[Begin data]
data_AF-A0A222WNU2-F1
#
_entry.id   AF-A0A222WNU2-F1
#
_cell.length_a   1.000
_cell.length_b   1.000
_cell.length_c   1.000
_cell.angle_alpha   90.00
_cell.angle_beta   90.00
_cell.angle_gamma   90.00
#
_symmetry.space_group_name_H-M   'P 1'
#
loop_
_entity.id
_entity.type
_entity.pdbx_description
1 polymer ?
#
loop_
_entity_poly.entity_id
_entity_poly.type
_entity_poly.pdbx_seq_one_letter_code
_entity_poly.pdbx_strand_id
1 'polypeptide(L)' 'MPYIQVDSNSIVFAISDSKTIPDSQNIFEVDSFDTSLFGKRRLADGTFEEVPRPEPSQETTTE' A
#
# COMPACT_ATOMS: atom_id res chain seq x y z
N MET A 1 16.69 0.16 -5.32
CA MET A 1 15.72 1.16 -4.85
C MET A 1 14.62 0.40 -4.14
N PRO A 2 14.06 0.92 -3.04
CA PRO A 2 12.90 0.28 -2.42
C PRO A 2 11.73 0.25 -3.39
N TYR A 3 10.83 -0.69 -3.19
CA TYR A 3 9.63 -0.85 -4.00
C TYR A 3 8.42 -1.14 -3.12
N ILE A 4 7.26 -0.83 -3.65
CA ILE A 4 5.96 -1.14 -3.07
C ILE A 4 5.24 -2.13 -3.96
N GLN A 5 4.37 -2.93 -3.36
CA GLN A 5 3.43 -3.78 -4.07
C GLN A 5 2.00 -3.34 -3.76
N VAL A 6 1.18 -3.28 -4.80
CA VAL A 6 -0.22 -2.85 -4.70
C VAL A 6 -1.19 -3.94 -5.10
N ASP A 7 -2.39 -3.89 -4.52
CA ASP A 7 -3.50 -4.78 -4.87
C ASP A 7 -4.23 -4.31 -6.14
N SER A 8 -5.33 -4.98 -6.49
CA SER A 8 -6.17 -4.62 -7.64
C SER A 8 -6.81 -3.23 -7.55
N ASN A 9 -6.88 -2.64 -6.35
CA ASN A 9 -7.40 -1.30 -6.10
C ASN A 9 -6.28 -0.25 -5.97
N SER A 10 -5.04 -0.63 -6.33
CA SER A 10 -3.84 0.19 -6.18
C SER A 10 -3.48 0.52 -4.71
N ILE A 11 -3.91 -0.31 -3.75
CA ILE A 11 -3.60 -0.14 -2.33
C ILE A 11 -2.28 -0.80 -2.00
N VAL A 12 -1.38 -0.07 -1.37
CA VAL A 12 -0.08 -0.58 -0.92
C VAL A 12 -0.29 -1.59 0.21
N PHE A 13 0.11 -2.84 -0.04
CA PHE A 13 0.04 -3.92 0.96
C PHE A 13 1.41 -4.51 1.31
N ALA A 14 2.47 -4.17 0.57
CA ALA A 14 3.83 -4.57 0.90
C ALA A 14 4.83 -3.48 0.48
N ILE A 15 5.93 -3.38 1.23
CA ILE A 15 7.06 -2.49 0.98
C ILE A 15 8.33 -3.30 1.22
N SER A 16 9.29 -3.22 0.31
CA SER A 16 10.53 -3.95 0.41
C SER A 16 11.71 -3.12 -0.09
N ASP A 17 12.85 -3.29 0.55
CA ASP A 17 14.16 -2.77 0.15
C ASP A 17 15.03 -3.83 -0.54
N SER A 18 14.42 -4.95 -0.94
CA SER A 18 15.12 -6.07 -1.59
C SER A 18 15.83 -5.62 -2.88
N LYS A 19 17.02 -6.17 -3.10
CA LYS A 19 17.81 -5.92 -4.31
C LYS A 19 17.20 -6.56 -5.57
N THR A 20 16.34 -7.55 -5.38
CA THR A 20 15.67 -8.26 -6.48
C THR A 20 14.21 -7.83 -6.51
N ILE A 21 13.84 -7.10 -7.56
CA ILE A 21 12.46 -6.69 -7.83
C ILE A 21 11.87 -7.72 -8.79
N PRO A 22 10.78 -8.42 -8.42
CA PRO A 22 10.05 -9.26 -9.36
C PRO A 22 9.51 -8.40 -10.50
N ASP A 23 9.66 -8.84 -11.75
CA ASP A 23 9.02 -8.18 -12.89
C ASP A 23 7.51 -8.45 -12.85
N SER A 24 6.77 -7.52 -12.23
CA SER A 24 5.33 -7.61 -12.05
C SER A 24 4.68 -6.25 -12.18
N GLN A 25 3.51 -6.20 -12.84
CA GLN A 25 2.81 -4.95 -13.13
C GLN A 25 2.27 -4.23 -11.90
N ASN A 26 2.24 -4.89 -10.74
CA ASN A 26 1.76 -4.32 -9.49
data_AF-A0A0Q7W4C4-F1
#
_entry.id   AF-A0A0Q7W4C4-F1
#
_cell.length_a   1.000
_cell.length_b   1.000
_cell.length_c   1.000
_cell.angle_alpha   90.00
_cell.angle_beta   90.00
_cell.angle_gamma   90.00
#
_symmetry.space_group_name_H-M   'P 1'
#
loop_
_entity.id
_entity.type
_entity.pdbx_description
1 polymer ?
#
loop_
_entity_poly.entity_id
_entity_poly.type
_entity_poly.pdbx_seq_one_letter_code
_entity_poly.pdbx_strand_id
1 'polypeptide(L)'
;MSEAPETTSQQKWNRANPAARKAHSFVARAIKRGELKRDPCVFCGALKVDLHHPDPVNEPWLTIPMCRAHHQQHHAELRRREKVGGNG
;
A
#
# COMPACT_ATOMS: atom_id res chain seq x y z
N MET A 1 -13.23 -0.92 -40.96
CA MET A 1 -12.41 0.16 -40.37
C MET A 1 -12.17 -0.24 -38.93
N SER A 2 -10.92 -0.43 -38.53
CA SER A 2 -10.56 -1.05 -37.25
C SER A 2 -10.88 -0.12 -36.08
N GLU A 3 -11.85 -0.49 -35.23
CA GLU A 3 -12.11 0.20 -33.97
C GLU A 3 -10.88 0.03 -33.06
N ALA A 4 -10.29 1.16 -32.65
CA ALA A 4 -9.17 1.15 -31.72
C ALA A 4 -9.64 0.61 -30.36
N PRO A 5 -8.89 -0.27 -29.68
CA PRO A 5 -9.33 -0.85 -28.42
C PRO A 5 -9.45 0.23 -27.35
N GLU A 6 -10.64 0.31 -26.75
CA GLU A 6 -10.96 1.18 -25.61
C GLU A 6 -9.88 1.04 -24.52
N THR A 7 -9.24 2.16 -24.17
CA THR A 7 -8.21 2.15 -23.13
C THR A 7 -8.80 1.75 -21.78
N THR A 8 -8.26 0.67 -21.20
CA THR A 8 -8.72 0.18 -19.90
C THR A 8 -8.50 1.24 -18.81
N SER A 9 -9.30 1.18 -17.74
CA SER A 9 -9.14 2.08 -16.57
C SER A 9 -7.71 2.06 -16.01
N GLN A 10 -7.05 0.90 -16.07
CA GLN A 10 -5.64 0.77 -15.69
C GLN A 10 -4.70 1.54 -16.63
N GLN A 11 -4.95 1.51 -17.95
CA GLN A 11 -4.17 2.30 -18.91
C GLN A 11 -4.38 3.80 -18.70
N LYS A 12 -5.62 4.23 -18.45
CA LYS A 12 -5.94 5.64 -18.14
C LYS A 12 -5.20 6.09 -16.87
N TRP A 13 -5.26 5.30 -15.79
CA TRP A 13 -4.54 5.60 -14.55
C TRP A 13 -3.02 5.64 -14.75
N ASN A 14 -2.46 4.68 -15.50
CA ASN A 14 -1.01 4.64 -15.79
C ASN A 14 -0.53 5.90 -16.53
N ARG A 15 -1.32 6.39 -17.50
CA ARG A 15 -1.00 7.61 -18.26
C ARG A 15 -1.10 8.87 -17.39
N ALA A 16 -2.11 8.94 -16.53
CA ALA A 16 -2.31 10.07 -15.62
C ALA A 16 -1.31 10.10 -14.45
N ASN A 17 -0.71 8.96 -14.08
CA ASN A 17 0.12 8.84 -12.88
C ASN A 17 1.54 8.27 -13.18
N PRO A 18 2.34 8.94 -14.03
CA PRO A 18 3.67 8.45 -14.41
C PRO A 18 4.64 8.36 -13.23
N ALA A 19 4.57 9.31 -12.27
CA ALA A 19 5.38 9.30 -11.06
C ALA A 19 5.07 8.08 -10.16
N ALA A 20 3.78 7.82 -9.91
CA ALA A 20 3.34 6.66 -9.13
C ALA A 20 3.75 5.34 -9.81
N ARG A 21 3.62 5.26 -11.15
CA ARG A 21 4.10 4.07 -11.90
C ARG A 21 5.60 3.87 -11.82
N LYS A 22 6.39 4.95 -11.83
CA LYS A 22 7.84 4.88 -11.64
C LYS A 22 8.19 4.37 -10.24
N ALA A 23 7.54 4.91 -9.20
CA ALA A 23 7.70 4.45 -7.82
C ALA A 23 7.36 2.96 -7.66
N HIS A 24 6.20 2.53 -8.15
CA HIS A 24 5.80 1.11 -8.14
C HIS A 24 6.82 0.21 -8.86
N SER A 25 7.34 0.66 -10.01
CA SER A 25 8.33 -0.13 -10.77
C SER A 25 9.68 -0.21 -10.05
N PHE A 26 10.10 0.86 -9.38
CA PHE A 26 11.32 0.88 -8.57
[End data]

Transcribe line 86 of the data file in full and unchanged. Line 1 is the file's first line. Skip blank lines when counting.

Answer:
CA THR A 20 15.67 -8.26 -6.48